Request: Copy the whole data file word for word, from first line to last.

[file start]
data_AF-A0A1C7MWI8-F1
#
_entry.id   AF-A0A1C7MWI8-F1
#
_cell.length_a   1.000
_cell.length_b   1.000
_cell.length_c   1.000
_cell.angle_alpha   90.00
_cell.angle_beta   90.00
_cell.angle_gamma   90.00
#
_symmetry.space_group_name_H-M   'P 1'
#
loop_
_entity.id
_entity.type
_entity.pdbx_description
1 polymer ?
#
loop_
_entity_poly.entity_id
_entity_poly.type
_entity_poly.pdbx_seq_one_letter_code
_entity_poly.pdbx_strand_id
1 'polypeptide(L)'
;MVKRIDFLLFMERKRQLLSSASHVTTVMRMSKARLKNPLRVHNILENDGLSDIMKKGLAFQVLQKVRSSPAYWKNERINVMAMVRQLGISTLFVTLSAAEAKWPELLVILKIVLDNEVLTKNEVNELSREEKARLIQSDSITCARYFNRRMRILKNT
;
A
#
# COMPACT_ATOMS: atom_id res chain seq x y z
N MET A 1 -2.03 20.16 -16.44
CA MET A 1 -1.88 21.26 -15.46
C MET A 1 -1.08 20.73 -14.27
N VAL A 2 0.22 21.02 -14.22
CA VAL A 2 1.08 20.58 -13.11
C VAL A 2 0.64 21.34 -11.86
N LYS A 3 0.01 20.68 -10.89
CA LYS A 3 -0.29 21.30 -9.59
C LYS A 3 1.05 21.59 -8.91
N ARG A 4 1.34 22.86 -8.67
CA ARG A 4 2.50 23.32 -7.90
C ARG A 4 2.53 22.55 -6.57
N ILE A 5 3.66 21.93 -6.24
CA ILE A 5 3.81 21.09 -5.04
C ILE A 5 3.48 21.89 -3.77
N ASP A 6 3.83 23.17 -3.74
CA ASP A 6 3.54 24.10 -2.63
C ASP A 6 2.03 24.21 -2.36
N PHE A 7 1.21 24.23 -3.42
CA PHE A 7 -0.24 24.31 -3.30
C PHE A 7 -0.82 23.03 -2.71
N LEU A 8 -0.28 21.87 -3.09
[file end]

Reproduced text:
data_AF-A0A1C7MWI8-F1
#
_entry.id   AF-A0A1C7MWI8-F1
#
_cell.length_a   1.000
_cell.length_b   1.000
_cell.length_c   1.000
_cell.angle_alpha   90.00
_cell.angle_beta   90.00
_cell.angle_gamma   90.00
#
_symmetry.space_group_name_H-M   'P 1'
#
loop_
_entity.id
_entity.type
_entity.pdbx_description
1 polymer ?
#
loop_
_entity_poly.entity_id
_entity_poly.type
_entity_poly.pdbx_seq_one_letter_code
_entity_poly.pdbx_strand_id
1 'polypeptide(L)'
;MVKRIDFLLFMERKRQLLSSASHVTTVMRMSKARLKNPLRVHNILENDGLSDIMKKGLAFQVLQKVRSSPAYWKNERINVMAMVRQLGISTLFVTLSAAEAKWPELLVILKIVLDNEVLTKNEVNELSREEKARLIQSDSITCARYFNRRMRILKNT
;
A
#
# COMPACT_ATOMS: atom_id res chain seq x y z
N MET A 1 -2.03 20.16 -16.44
CA MET A 1 -1.88 21.26 -15.46
C MET A 1 -1.08 20.73 -14.27
N VAL A 2 0.22 21.02 -14.22
CA VAL A 2 1.08 20.58 -13.11
C VAL A 2 0.64 21.34 -11.86
N LYS A 3 0.01 20.68 -10.89
CA LYS A 3 -0.29 21.30 -9.59
C LYS A 3 1.05 21.59 -8.91
N ARG A 4 1.34 22.86 -8.67
CA ARG A 4 2.50 23.32 -7.90
C ARG A 4 2.53 22.55 -6.57
N ILE A 5 3.66 21.93 -6.24
CA ILE A 5 3.81 21.09 -5.04
C ILE A 5 3.48 21.89 -3.77
N ASP A 6 3.83 23.17 -3.74
CA ASP A 6 3.54 24.10 -2.63
C ASP A 6 2.03 24.21 -2.36
N PHE A 7 1.21 24.23 -3.42
CA PHE A 7 -0.24 24.31 -3.30
C PHE A 7 -0.82 23.03 -2.71
N LEU A 8 -0.28 21.87 -3.09